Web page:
WeStand program shows students the global village

By  Sarah Gagliano
  • March 30, 2011
Matthew Homen, a Grade 11 student and member of WeStand.TORONTO - The WeStand human rights and social justice program, an initiative started by staff at Marshall McLuhan Catholic Secondary School in Toronto, offers senior students an opportunity to learn about social justice issues and to be agents of change in the world.

“The philosophy of our program is to give a sense of history so that students understand what has happened in the past, but also to connect it to situations that are happening today so that they can be students who are part of change,” said Michael Xuereb, the director of WeStand and head of the religion department at Marshall McLuhan.

Currently in its first year, the 36 student members are participating in 15 hours of a series of after-school and weekend sessions, which began in February. In the sessions, the students are introduced to social justice issues from around the world, both from the past and the present. 

Some of the issues discussed include racial discrimination, children’s rights, aboriginal rights, water privatization and environmental awareness.

The program culminates on the Easter weekend with a trip to the Museum of Tolerance in Los Angeles, where students will participate in a Tools for Tolerance workshop offered by the Friends of Simon Wiesenthal Centre. The museum is dedicated to challenging visitors to understand the Holocaust in both historic and contemporary contexts and confront all forms of prejudice and discrimination in our world today.

“Without knowledge most people can’t really act to change things,” said Matthew Homen, a Grade 11 student and member of WeStand.

“No one really goes out and tries to make a difference only because they don’t know what’s happening. Once you gain that information like we have, it’s a lot easier to go out and say, ‘That’s not right. We should try to change that.’ ”

For the past six years, junior students from Marshall McLuhan have had the opportunity to participate in a social justice program, the Asper Foundation’s Human Rights and Holocaust Studies Program. However, a human rights program for senior students did not exist for those wishing to learn more about social justice issues until Xuereb decided to create WeStand.

Through discussions and the opportunity to listen to a variety of inspirational speakers who discuss their experiences from around the world, participants learn to stand in solidarity for justice. For instance, one guest speaker, Paul Wellhauser from Nharo! Indigenous Art from Africa, spoke about fair trade products. He brought hand-made bracelets made by the Himba tribe in Namibia, which are being sold by the students to help the poor in that community, as well as to provide funds for their social justice program. And on April 5, another guest speaker, Marina Nemat, a Catholic who was wrongly imprisoned and tortured as a youth, will discuss her experience.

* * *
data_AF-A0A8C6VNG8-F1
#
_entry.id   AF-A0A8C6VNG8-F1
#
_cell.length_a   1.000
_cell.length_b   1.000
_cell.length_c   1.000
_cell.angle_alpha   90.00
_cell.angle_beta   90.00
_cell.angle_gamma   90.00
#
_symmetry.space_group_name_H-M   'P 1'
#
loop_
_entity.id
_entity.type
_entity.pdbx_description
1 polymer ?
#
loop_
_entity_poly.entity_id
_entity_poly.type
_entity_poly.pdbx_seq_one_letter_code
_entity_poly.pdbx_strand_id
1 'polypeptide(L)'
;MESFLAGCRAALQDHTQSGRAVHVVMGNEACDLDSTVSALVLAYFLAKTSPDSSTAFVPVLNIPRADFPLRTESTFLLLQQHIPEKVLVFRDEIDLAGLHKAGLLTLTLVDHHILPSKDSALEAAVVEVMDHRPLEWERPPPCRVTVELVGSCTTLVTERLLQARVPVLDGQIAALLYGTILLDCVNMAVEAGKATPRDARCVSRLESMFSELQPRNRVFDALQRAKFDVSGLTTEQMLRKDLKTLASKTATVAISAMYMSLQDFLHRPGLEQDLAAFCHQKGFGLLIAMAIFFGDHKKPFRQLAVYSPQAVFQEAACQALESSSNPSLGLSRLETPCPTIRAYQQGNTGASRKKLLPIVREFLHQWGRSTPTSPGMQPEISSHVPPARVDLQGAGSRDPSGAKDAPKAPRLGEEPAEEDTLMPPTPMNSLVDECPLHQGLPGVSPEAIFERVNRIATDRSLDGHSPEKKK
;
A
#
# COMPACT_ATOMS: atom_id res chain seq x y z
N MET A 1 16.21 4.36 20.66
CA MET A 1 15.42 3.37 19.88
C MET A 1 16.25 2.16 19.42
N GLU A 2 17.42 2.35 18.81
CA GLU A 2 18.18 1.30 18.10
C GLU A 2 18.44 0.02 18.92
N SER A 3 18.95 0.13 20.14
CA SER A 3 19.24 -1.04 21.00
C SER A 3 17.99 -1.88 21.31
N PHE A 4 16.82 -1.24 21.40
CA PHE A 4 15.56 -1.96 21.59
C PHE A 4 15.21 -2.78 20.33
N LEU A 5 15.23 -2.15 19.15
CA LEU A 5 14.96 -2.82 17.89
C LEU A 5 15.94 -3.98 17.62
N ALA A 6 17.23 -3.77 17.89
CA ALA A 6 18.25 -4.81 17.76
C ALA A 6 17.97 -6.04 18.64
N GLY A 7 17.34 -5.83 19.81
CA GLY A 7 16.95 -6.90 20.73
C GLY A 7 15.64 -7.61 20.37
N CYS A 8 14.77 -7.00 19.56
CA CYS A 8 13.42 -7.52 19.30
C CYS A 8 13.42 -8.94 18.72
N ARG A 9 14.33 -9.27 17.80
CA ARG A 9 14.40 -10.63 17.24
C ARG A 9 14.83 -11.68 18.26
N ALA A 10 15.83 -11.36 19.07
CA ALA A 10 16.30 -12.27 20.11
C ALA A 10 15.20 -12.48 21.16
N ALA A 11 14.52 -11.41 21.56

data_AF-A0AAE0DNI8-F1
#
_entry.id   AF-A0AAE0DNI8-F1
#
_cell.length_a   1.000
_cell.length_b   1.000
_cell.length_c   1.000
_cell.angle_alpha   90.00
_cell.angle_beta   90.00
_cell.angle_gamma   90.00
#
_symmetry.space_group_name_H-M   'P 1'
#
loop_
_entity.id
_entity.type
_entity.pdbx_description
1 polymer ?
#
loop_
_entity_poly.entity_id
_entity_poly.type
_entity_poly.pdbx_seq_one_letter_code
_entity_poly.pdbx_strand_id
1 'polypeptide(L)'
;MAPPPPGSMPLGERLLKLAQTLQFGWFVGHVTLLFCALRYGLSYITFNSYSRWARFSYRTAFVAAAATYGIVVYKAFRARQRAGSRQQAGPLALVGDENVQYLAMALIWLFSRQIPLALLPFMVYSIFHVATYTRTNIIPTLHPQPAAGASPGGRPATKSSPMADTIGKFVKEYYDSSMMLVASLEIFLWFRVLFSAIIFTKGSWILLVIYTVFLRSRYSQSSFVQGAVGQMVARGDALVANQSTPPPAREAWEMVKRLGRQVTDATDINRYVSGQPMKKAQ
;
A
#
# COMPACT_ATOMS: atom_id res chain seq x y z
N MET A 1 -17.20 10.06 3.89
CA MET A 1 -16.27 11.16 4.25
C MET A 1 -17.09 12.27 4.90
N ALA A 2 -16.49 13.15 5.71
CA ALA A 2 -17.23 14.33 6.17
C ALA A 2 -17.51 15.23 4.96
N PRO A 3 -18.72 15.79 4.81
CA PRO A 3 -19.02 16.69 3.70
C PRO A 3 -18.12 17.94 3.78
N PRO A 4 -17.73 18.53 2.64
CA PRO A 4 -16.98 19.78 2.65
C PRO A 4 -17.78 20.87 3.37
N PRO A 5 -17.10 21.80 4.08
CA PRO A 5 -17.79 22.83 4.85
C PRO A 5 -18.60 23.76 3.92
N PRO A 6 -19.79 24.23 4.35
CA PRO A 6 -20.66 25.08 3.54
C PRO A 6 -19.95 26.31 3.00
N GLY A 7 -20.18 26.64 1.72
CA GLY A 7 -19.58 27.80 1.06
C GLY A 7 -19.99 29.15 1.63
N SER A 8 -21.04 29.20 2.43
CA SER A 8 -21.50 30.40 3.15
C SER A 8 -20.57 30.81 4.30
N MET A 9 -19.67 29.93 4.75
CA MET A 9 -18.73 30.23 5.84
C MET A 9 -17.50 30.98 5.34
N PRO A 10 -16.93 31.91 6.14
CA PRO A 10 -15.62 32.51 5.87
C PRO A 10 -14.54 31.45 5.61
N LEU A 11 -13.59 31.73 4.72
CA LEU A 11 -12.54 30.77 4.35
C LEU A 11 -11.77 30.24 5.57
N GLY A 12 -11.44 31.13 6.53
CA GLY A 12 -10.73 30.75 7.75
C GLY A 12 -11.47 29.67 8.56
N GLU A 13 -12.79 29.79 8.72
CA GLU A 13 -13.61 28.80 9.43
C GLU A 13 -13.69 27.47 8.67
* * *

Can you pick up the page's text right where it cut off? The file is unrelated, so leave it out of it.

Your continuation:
The program is rooted in the Catholic social teaching of global solidarity. Xuereb said the program encourages students to see the world as a “global village,” a term coined by the namesake of the school, Marshall McLuhan. Having two words written together as one, the name WeStand represents an image of global solidarity. The program will help students see people in the world as brother and sister, rather than as “the other,” said Xuereb.

Kimberly Cabral, a Grade 11 student, said the sessions have helped her realize how human rights can be easily taken for granted in daily life.

“There are some kids in underdeveloped countries that don’t have access to clean water,” said Cabral. “So if I’m taking an hour shower, I’m really taking for granted that right that I have.”

Participants also keep a memory book to write reflections about the guest lectures and various issues discussed. 

Cabral was surprised by how little her fellow students knew about human rights issues.

“I believe that human rights are something that should be taught more to students,” said Cabral. “I think that all students should have some sort of program at their school where they can talk about these issues.”

Student members of the WeStand human rights and social justice program at Marshall McLuhan Catholic Secondary School

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